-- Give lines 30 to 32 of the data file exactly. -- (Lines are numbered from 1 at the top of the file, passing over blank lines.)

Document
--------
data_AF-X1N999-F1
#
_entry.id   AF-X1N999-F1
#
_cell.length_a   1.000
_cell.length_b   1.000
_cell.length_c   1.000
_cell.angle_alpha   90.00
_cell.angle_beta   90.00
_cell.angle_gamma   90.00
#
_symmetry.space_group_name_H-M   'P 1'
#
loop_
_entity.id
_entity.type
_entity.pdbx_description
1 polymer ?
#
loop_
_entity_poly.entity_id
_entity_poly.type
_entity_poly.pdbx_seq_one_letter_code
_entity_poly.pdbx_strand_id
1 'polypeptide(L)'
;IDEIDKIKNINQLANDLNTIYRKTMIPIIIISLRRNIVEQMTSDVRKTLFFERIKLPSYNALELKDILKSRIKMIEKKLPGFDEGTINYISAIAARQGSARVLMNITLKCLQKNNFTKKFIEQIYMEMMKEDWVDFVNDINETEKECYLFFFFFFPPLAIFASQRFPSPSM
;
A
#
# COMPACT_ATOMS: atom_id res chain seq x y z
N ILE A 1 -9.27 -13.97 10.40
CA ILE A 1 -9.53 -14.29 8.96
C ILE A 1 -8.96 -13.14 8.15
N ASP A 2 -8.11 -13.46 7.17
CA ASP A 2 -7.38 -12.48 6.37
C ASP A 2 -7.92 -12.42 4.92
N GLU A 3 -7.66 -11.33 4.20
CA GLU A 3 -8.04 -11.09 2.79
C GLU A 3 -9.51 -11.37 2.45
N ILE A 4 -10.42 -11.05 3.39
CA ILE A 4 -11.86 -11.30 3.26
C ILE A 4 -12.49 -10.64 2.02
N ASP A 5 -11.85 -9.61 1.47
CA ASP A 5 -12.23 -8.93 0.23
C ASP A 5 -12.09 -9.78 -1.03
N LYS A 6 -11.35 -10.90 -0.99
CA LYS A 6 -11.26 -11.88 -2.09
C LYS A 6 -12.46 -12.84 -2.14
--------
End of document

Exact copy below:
# COMPACT_ATOMS: atom_id res chain seq x y z
N ILE A 1 -9.27 -13.97 10.40
CA ILE A 1 -9.53 -14.29 8.96